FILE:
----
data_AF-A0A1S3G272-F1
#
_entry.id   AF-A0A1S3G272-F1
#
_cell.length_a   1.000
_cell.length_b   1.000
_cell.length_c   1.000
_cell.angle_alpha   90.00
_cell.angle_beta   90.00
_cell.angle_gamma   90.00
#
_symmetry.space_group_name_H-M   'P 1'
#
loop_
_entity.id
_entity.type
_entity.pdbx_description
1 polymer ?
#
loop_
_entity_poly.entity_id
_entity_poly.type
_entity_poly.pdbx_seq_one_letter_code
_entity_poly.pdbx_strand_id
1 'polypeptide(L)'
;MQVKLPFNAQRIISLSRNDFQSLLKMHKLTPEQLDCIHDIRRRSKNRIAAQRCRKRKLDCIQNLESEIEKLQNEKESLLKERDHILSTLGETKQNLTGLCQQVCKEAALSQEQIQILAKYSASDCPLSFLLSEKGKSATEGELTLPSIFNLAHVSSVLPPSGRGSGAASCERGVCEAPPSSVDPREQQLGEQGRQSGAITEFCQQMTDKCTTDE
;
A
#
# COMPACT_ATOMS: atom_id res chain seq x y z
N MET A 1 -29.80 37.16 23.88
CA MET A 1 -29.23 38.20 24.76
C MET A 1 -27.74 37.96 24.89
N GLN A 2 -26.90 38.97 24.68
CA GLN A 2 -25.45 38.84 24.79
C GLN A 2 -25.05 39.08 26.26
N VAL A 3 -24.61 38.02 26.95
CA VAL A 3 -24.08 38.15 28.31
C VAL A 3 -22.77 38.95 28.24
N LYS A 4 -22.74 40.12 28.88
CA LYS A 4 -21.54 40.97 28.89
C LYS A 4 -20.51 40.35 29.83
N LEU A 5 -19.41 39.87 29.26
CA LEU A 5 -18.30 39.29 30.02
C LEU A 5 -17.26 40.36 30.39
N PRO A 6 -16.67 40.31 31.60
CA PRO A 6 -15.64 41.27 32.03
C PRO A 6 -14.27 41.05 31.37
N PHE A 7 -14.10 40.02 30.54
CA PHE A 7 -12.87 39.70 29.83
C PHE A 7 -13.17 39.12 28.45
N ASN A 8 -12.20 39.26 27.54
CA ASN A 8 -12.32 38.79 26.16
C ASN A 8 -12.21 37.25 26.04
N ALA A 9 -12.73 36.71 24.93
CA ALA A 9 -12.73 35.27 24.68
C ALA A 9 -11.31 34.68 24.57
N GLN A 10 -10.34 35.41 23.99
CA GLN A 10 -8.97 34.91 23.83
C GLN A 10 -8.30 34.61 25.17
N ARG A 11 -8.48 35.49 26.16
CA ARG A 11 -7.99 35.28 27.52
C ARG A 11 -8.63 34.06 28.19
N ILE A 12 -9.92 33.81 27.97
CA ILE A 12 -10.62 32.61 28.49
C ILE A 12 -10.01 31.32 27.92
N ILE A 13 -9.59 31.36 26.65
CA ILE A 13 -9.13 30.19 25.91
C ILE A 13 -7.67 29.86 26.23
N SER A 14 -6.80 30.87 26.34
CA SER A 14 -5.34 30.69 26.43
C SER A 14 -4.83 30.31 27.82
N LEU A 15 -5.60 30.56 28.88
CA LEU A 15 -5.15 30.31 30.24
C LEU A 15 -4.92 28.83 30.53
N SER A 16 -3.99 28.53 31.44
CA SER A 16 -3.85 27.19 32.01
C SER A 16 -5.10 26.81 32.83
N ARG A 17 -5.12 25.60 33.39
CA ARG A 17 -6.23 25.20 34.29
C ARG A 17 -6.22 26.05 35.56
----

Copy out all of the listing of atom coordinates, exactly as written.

data_AF-A0A1S3G272-F1
#
_entry.id   AF-A0A1S3G272-F1
#
_cell.length_a   1.000
_cell.length_b   1.000
_cell.length_c   1.000
_cell.angle_alpha   90.00
_cell.angle_beta   90.00
_cell.angle_gamma   90.00
#
_symmetry.space_group_name_H-M   'P 1'
#
loop_
_entity.id
_entity.type
_entity.pdbx_description
1 polymer ?
#
loop_
_entity_poly.entity_id
_entity_poly.type
_entity_poly.pdbx_seq_one_letter_code
_entity_poly.pdbx_strand_id
1 'polypeptide(L)'
;MQVKLPFNAQRIISLSRNDFQSLLKMHKLTPEQLDCIHDIRRRSKNRIAAQRCRKRKLDCIQNLESEIEKLQNEKESLLKERDHILSTLGETKQNLTGLCQQVCKEAALSQEQIQILAKYSASDCPLSFLLSEKGKSATEGELTLPSIFNLAHVSSVLPPSGRGSGAASCERGVCEAPPSSVDPREQQLGEQGRQSGAITEFCQQMTDKCTTDE
;
A
#
# COMPACT_ATOMS: atom_id res chain seq x y z
N MET A 1 -29.80 37.16 23.88
CA MET A 1 -29.23 38.20 24.76
C MET A 1 -27.74 37.96 24.89
N GLN A 2 -26.90 38.97 24.68
CA GLN A 2 -25.45 38.84 24.79
C GLN A 2 -25.05 39.08 26.26
N VAL A 3 -24.61 38.02 26.95
CA VAL A 3 -24.08 38.15 28.31
C VAL A 3 -22.77 38.95 28.24
N LYS A 4 -22.74 40.12 28.88
CA LYS A 4 -21.54 40.97 28.89
C LYS A 4 -20.51 40.35 29.83
N LEU A 5 -19.41 39.87 29.26
CA LEU A 5 -18.30 39.29 30.02
C LEU A 5 -17.26 40.36 30.39
N PRO A 6 -16.67 40.31 31.60
CA PRO A 6 -15.64 41.27 32.03
C PRO A 6 -14.27 41.05 31.37
N PHE A 7 -14.10 40.02 30.54
CA PHE A 7 -12.87 39.70 29.83
C PHE A 7 -13.17 39.12 28.45
N ASN A 8 -12.20 39.26 27.54
CA ASN A 8 -12.32 38.79 26.16
C ASN A 8 -12.21 37.25 26.04
N ALA A 9 -12.73 36.71 24.93
CA ALA A 9 -12.73 35.27 24.68
C ALA A 9 -11.31 34.68 24.57
N GLN A 10 -10.34 35.41 23.99
CA GLN A 10 -8.97 34.91 23.83
C GLN A 10 -8.30 34.61 25.17
N ARG A 11 -8.48 35.49 26.16
CA ARG A 11 -7.99 35.28 27.52
C ARG A 11 -8.63 34.06 28.19
N ILE A 12 -9.92 33.81 27.97
CA ILE A 12 -10.62 32.61 28.49
C ILE A 12 -10.01 31.32 27.92
N ILE A 13 -9.59 31.36 26.65
CA ILE A 13 -9.13 30.19 25.91
C ILE A 13 -7.67 29.86 26.23
N SER A 14 -6.80 30.87 26.34
CA SER A 14 -5.34 30.69 26.43
C SER A 14 -4.83 30.31 27.82
N LEU A 15 -5.60 30.56 28.88
CA LEU A 15 -5.15 30.31 30.24
C LEU A 15 -4.92 28.83 30.53
N SER A 16 -3.99 28.53 31.44
CA SER A 16 -3.85 27.19 32.01
C SER A 16 -5.10 26.81 32.83
N ARG A 17 -5.12 25.60 33.39
CA ARG A 17 -6.23 25.20 34.29
C ARG A 17 -6.22 26.05 35.56